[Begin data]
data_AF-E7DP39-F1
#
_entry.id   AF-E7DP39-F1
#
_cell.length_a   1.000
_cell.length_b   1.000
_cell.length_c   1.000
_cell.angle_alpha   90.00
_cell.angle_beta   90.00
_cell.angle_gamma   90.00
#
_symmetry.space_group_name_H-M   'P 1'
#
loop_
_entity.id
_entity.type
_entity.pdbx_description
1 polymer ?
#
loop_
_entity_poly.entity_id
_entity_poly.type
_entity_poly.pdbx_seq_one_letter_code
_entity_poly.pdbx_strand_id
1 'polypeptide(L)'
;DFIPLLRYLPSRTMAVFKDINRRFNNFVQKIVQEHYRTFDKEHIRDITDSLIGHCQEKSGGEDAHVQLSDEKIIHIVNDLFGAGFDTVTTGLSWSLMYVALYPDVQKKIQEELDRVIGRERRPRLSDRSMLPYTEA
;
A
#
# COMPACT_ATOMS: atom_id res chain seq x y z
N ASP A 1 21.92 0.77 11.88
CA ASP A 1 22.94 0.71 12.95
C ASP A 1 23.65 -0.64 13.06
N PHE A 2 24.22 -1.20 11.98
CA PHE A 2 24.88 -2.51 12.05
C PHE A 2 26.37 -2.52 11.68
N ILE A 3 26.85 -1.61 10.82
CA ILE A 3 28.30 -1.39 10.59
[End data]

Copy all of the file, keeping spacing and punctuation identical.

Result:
data_AF-E7DP39-F1
#
_entry.id   AF-E7DP39-F1
#
_cell.length_a   1.000
_cell.length_b   1.000
_cell.length_c   1.000
_cell.angle_alpha   90.00
_cell.angle_beta   90.00
_cell.angle_gamma   90.00
#
_symmetry.space_group_name_H-M   'P 1'
#
loop_
_entity.id
_entity.type
_entity.pdbx_description
1 polymer ?
#
loop_
_entity_poly.entity_id
_entity_poly.type
_entity_poly.pdbx_seq_one_letter_code
_entity_poly.pdbx_strand_id
1 'polypeptide(L)'
;DFIPLLRYLPSRTMAVFKDINRRFNNFVQKIVQEHYRTFDKEHIRDITDSLIGHCQEKSGGEDAHVQLSDEKIIHIVNDLFGAGFDTVTTGLSWSLMYVALYPDVQKKIQEELDRVIGRERRPRLSDRSMLPYTEA
;
A
#
# COMPACT_ATOMS: atom_id res chain seq x y z
N ASP A 1 21.92 0.77 11.88
CA ASP A 1 22.94 0.71 12.95
C ASP A 1 23.65 -0.64 13.06
N PHE A 2 24.22 -1.20 11.98
CA PHE A 2 24.88 -2.51 12.05
C PHE A 2 26.37 -2.52 11.68
N ILE A 3 26.85 -1.61 10.82
CA ILE A 3 28.30 -1.39 10.59